Within the accounting industry there tends to be either sole practitioners at the lower end of the market and the large national based firms at the top of end of the market and relatively few in between. It is very rare for larger operators to acquire smaller sole practitioners unless it is a new firm looking to establish a large national network which has happened to some extent over recent years. It is very much still a Sellers market with huge appetite to acquire at the lower end of the market.
After all the acquisition of another practice not only increases your gross fees, but you should also get the added bonus of inheriting some qualified and competent staff. Growing organically in todays market with Generation Y and the millennials in proving to be more and more challenging. Attracting staff and keeping them engaged in the business is becoming increasingly difficult. The days of joining as a graduate and staying with one firm until Partnership are few and far between.
Key aspects to consider when acquiring another Practice:
- Do you have funding in place? Most Practices are not asset rich (which are traditionally used in an acquisition) to help funding so make sure you have the funding in place prior to starting the search.
- Is there a cultural alignment in the ethos of the practices and the client base? You don’t want to be buying an older client base as when they retire you may lose the business of the new owners. Is the client base “old school” or “new school?” What are your clients wanting from you and where and how are they wanting to communicate?
- What are the charge out rates of the staff and the salaries of the staff at the practice you are looking to acquire? Are they aligned with yours? It is best not to acquire and then hike up fees immediately. This is business suicide. Also people talk and it wont be long before any gaps in salaries come to your attention.
- Who will look after debtors and the work in progress (WIP). It is very unusual to buy debtors and these are usually the responsibility of the seller.
- Are there non-compete clauses with the existing staff? How stringent are they? Are they client facing, and would they see this as an opportunity to start out on their own?
- Are your software and practice management systems compatible – if not how easy or difficult is it to do this. Taking a manual system onto a cloud system can be labour intensive. Too many systems complicate life. A cloud-based software/platform is a must moving forward.
- Who will make contact with the new client base? Will it be the old owner or the new one or both? Accountant tend to be extremely busy but neglecting or not contacting the new client base is one of the main reasons’ clients will leave you. Ensure that the clients are contacted and engaged with otherwise they will find a new accountant.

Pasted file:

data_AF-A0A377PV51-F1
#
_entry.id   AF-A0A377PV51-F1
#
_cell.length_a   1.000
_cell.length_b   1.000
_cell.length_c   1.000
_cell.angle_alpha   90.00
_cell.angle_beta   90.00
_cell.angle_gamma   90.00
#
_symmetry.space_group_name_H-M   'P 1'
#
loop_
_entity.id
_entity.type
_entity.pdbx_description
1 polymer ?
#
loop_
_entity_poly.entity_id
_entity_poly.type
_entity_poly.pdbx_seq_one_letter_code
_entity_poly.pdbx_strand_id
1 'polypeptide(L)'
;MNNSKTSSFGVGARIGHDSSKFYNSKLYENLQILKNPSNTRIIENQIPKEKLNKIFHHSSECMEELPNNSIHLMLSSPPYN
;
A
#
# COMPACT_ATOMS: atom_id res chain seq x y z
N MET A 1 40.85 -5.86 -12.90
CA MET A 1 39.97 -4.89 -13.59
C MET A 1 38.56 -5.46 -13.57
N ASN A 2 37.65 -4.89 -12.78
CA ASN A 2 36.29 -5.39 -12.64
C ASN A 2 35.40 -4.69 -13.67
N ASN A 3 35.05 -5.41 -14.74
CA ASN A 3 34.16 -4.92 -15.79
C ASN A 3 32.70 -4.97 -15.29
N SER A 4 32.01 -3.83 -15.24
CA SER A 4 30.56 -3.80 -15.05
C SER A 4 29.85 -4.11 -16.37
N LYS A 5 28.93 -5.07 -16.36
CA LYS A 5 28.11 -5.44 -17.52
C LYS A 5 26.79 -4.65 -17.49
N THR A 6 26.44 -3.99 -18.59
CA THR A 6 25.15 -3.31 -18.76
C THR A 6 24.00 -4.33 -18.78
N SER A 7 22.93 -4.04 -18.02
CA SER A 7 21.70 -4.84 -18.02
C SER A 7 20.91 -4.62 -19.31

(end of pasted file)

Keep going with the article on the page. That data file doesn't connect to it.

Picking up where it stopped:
- What is the retention or claw back fees and timeframes? Is there a clause for payment of any additional fees that are generated over and above the full of amount of gross fee acquired?
- Have you got an internal plan for integrating staff and culture? People do not like change – they usually feel threatened and can leave if this is not carefully planned.
- Do you have a post acquisition plan? How will you advise your client base of the changes and the benefits of the acquisition? Are you able to offer additional services and specialities? Do you have your marketing material ready to go – this can be neglected by accounting owners and is of paramount importance.
A careful thought out acquisition can quickly help you grow but it does not come without some risk. Ensure you do your homework and plan for tomorrow. Take the time to understand what you need to do with staff, technology and clients and make sure this is all backed up with a strong internal and external marketing message.
Ian Innerd is the Founder of Identify Executive who specialise in mergers and acquisitions for accounting practices. Originally from the UK Ian founded the business in Australia before launching the business into the UK. Ian holds an ACCA in Business Valuation and is also a private investor. He has helped transact over £50M in fees and has a great understanding of the practical and emotions factors involved having bought and sold a number of businesses himself over the years.
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